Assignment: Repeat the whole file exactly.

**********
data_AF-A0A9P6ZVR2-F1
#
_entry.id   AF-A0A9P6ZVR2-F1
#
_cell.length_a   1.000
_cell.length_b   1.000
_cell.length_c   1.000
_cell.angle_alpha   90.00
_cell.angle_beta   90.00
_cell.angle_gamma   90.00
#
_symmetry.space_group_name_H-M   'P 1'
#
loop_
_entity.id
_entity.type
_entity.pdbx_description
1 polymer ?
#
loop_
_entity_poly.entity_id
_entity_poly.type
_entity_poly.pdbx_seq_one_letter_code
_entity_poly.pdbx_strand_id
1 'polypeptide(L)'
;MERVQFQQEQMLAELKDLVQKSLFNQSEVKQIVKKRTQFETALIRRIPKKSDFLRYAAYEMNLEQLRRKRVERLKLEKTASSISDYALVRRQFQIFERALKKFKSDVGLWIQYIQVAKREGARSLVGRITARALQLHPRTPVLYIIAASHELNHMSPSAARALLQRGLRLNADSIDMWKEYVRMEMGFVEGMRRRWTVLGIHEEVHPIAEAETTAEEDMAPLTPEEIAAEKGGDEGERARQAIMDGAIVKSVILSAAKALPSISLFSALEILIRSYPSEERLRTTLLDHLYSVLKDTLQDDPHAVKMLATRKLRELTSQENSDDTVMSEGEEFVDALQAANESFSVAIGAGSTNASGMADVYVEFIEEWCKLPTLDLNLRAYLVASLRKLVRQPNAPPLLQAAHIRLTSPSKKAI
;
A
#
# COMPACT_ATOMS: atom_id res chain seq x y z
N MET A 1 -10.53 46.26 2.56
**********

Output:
data_AF-A0A9P6ZVR2-F1
#
_entry.id   AF-A0A9P6ZVR2-F1
#
_cell.length_a   1.000
_cell.length_b   1.000
_cell.length_c   1.000
_cell.angle_alpha   90.00
_cell.angle_beta   90.00
_cell.angle_gamma   90.00
#
_symmetry.space_group_name_H-M   'P 1'
#
loop_
_entity.id
_entity.type
_entity.pdbx_description
1 polymer ?
#
loop_
_entity_poly.entity_id
_entity_poly.type
_entity_poly.pdbx_seq_one_letter_code
_entity_poly.pdbx_strand_id
1 'polypeptide(L)'
;MERVQFQQEQMLAELKDLVQKSLFNQSEVKQIVKKRTQFETALIRRIPKKSDFLRYAAYEMNLEQLRRKRVERLKLEKTASSISDYALVRRQFQIFERALKKFKSDVGLWIQYIQVAKREGARSLVGRITARALQLHPRTPVLYIIAASHELNHMSPSAARALLQRGLRLNADSIDMWKEYVRMEMGFVEGMRRRWTVLGIHEEVHPIAEAETTAEEDMAPLTPEEIAAEKGGDEGERARQAIMDGAIVKSVILSAAKALPSISLFSALEILIRSYPSEERLRTTLLDHLYSVLKDTLQDDPHAVKMLATRKLRELTSQENSDDTVMSEGEEFVDALQAANESFSVAIGAGSTNASGMADVYVEFIEEWCKLPTLDLNLRAYLVASLRKLVRQPNAPPLLQAAHIRLTSPSKKAI
;
A
#
# COMPACT_ATOMS: atom_id res chain seq x y z
N MET A 1 -10.53 46.26 2.56